Germany’s strategic investment enables UNDP to help turn the greatest reversal of human development into a leap forward
COVID-19: Germany doubles its support to UNDP’s flexible core funding
July 13, 2020
New York – The United Nations Development Programme (UNDP) strongly welcomes the decision of the Government of Germany to more than double its contribution to the organization’s core funding, thereby significantly increasing its investment in UNDP.
This increased support comes at a critical juncture. Over the past months, the coronavirus pandemic has wreaked havoc on the health and livelihoods of millions of people around the world, stressing every country it touches with potentially devastating social, economic and political effects.
UNDP estimates that global human development—a combination of the world’s education, health, and living standards - will likely fall this year for the first time since 1990 when the measurement began. Urgent action is needed to address the health crisis, stabilize economies, and mitigate against future damage.
Flexible development resources like those provided by Germany enable UNDP to build on and accelerate efforts to tackle the social and economic impacts of the COVID-19 pandemic, and to further invest in reducing conflict, strengthening institutions and the rule of law, and encouraging digital innovation.
Germany’s funding decision brings its total support to UNDP’s 2020 core resources to €110 million, - equivalent to more than $ 124 million, making Germany the largest funding partner to UNDP’s core resources. In 2019, Germany provided €50 million to UNDP’s core resources. As a strong supporter of multilateralism and international cooperation, Germany has been the largest government contributor to UNDP since 2017.
Gerd Müller, Minister for Economic Cooperation and Development of the Federal Republic of Germany, emphasized: “We are stepping up our engagement to support UNDP in responding quickly to the COVID-19 crisis. Together with our partner countries around the world we are working towards achieving a green recovery that is carbon-neutral and helps us move forward on achieving the SDGs.”
“This significant contribution of flexible resources reflects Germany’s strong commitment to the developing world and its appreciation of the importance of investing in a rapid global recovery from COVID-19. By leveraging the capacity and programmes of UNDP in 170 countries, Germany’s investment strengthens the capacity of the United Nations to help the world emerge from this crisis,” said UNDP Administrator Achim Steiner.
“Despite the pandemic, none of UNDP’s teams across the world have stopped working during these past months, because we are determined to deliver on our promise to leave no-one behind. We deeply appreciate the confidence and continued trust shown by Germany in our commitment and in our ability to deliver at this critical time,” he said.
Core resource contributions to the United Nations are unearmarked and thus not for specific projects. Rather, as set out by the UN Secretary-General through the Funding Compact with UN Member States, they are flexible, low-cost and low-transaction means which enable the UN to adapt to rapidly changing landscapes across the countries it serves.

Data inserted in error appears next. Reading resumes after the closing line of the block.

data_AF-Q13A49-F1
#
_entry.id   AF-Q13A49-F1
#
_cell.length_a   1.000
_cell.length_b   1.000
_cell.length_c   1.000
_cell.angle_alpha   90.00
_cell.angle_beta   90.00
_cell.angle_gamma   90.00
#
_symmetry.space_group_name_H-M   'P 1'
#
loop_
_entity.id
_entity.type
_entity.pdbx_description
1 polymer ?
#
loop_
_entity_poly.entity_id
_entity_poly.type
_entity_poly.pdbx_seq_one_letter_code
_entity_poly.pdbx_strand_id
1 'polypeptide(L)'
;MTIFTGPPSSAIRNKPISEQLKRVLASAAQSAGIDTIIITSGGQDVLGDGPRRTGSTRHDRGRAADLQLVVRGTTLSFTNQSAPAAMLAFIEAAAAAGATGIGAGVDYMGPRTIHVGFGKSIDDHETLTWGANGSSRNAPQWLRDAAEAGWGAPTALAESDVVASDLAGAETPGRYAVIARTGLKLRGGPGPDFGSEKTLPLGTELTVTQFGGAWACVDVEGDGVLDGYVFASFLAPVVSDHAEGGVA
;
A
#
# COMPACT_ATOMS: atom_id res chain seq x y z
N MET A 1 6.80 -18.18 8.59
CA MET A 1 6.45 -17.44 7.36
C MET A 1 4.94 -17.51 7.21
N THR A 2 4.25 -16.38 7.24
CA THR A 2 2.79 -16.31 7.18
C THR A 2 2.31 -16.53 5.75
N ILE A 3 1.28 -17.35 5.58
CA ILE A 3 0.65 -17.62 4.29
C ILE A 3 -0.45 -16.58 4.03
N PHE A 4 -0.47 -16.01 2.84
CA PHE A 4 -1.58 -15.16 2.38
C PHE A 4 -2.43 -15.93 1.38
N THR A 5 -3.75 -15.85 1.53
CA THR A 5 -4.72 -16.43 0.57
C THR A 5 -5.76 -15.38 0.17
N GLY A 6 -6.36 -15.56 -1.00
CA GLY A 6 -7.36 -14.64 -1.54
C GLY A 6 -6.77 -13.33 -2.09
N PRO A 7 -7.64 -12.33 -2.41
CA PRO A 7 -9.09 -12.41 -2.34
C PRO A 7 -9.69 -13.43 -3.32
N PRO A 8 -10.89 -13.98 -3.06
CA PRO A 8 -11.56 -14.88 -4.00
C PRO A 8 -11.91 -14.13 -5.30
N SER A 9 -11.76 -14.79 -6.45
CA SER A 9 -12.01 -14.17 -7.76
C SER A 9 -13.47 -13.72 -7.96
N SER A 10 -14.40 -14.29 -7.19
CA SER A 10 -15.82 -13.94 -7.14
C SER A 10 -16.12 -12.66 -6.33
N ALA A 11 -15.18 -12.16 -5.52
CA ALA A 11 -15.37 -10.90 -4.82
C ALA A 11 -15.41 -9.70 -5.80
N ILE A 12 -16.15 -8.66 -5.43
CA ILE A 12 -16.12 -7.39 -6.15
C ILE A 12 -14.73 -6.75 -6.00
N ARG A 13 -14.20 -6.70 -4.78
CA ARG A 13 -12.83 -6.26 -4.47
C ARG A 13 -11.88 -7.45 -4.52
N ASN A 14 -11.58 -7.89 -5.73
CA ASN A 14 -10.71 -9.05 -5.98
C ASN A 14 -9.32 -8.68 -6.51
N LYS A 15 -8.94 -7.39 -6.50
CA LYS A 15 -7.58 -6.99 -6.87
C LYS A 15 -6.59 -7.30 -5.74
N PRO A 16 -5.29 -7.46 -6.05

For example, core resources helped UNDP’s country teams to quickly mobilize support to the COVID-19 priorities of 130 countries, from helping government officials in Sudan to work remotely, to securing medical supplies in Nigeria, to developing an online learning platform for children in Moldova.
Today, UNDP and its sister UN agencies are working with countries across five regions to put in place socio-economic recovery plans, as part of UNDP’s role as the United Nations technical lead on the socio-economic recovery of COVID-19. Going forward, UNDP will assist countries to go beyond recovery, focused on four areas: governance, social protection, green economy, and digital disruption, with the Sustainable Development Goals as a compass.
Germany’s longstanding partnership with UNDP includes a focus on strengthening local resilience in conflict and crisis-hit regions, promoting effective responses to the impacts of the Syria crisis in neighboring countries, supporting the stabilization of areas regained from ISIL control in Iraq, and now the opportunity to transition to democratic governance in Sudan, for example. It also includes supporting the creation of 60 Accelerator Labs to explore, experiment and grow new development solutions.
Looking ahead, the partnership will include efforts to address the root causes of migration, incentivize private sector investment in emerging markets, including across Africa, tackle climate change, and strengthen gender equality and human rights.
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New York: Boaz Paldi; email@example.com.
UNDP is the leading United Nations organization fighting to end the injustice of poverty, inequality, and climate change. Working with our broad network of experts and partners in 170 countries, we help nations to build integrated, lasting solutions for people and planet.
Learn more at undp.org or follow at @UNDP.
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